The upregulation of these thiol containing proteins in ALS suggests a cellular defensive mechanism is triggered in disease as a defence against oxidative stress. However, there is evidence that normal protective function of PDI is inhibited in disease [20]. Modifications of active site thiol groups through direct oxidation, S-glutathiolation and S-nitrosylation, can lead to inactivation of the normal enzymatic activity of PDI [13, 190, 191]. PDI was recently shown to be S-nitrosylated in ALS [20, 192] as in other neurodegenerative disorders such as Parkinson’s and Alzheimer’s disease. [191]. S-nitrosylation occurs when there is an increased production of RNS during oxidative stress resulting in addition of a nitrogen monoxide group to the thiol side of PDI [20, 164]. Experiments performed by Chen and coworkers suggested that in the presence of S-nitrosylated PDI, the formation of mutant SOD1 aggregates increases in vitro [192]. It is also likely that inactivation of PDI could lead to activation of the UPR as observed in other neurodegenerative disorders [191]. The loss of PDI functional activity can directly lead to apoptosis, or indirectly to a range of cellular abnormalities such as oxidative stress and protein misfolding, which again lead to cell death [164, 166]. Hence the redox regulation of PDI is a crucial component in the maintenance of a balanced redox environment, and inhibition of its enzymatic activity will lead to important consequences for the cell (Figure 2).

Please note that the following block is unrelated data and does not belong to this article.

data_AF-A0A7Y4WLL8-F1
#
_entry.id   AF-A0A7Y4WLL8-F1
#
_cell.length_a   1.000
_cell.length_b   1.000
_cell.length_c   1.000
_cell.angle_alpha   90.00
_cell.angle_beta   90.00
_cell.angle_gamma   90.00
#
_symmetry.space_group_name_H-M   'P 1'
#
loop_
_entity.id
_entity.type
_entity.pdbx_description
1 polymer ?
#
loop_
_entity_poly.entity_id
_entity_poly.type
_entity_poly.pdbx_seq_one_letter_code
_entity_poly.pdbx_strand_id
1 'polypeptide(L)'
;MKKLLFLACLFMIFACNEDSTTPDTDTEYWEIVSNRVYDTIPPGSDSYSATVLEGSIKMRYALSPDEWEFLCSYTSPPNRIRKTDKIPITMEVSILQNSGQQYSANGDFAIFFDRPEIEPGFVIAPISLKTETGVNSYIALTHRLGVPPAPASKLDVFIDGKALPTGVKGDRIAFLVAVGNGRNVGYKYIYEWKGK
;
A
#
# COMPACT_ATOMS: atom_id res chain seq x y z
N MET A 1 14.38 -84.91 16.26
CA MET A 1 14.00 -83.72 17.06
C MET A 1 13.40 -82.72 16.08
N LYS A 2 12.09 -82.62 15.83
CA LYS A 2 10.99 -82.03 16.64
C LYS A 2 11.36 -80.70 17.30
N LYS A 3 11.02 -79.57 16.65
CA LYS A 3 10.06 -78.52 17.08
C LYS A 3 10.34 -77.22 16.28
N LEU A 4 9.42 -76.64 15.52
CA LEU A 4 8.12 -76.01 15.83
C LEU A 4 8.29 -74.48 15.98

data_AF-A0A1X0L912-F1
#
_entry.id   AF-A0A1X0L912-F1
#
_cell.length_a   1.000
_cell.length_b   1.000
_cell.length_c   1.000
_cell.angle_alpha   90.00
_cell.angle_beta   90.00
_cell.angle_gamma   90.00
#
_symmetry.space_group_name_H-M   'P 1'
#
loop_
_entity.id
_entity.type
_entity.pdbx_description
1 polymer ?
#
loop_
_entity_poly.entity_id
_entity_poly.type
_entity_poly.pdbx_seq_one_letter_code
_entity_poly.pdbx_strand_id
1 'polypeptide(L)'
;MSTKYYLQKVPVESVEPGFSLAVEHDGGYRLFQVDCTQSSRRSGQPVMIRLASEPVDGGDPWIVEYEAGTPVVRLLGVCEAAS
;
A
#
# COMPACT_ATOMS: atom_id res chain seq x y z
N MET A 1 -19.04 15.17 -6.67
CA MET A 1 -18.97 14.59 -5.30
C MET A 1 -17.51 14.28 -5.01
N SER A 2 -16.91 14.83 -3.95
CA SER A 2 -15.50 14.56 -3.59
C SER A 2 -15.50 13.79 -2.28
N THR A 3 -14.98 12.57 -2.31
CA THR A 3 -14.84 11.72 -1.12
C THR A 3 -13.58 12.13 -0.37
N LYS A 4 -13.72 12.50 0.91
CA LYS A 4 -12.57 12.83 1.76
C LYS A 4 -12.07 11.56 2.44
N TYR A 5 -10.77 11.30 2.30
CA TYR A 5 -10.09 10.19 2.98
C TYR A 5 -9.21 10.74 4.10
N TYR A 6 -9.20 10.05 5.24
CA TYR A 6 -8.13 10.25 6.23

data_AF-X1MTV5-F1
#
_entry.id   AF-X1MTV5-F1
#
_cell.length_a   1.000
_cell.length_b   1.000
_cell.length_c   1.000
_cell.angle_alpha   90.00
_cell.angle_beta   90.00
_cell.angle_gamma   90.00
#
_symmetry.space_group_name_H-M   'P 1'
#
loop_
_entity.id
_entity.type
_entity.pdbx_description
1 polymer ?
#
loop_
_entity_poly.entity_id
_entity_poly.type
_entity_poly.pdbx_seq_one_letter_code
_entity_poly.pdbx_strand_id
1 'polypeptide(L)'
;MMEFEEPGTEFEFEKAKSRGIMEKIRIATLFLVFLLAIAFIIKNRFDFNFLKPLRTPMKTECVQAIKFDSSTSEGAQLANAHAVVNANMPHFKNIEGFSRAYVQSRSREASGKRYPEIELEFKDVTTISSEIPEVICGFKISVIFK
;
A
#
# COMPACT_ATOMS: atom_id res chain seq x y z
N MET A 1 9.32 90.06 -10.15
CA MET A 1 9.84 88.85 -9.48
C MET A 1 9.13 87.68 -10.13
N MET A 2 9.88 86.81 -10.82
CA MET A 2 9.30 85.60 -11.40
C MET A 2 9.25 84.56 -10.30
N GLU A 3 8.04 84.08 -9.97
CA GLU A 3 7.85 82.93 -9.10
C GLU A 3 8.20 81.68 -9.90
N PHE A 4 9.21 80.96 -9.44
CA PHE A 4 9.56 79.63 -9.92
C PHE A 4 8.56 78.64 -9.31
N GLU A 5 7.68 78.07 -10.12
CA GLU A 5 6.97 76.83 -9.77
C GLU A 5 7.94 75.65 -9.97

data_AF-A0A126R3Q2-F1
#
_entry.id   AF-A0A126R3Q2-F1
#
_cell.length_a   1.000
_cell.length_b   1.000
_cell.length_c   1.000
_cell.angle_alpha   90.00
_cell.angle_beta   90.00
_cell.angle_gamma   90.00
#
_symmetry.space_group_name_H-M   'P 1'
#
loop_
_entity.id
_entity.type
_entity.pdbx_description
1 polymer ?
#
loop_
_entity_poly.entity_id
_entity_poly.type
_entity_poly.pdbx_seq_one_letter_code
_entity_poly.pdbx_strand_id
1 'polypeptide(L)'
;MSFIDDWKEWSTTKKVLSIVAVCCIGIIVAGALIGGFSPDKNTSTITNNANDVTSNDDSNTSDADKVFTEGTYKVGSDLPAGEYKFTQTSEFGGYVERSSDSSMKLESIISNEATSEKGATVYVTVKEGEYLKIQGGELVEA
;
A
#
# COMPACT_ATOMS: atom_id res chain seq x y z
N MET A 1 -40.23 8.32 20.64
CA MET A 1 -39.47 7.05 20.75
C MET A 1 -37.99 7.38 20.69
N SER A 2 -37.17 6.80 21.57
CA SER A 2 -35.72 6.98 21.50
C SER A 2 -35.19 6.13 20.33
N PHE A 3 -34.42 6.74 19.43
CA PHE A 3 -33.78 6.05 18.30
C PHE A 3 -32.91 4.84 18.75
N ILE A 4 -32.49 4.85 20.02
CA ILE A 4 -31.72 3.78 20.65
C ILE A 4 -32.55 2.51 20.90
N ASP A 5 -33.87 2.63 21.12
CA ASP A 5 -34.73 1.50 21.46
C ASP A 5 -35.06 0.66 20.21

Neurons are highly susceptible to redox dysregulation due to their high metabolic requirements, large size, and lower ability to maintain the balance between antioxidants and ROS [15]. In disease states such as ALS, oxidative stress, and altered enzymatic activity of PDI, which normally reduces ROS and the burden of misfolded protein, can cause serious damage to the neuron. Since multiple mechanisms are involved in neurodegeneration, any imbalance in redox regulation can lead to an imbalance in the production of free radical species, which consequently cause mitochondrial damage and excitotoxicity, thus elevating the levels of free radicals [193]. Furthermore, an excess of free radicals can also lead to DNA damage and may also result in aggregation of NF [194] and structural destabilization of other proteins, thus inducing ER stress and apoptosis. Since ALS is a slow progressive disorder it could be hypothesised that these cyclic events, due to loss of functional activity of PDI, may gradually lead to neuronal degradation. In such a scenario, the redox regulatory function of PDI may therefore have an important protective effect.

5. Conclusion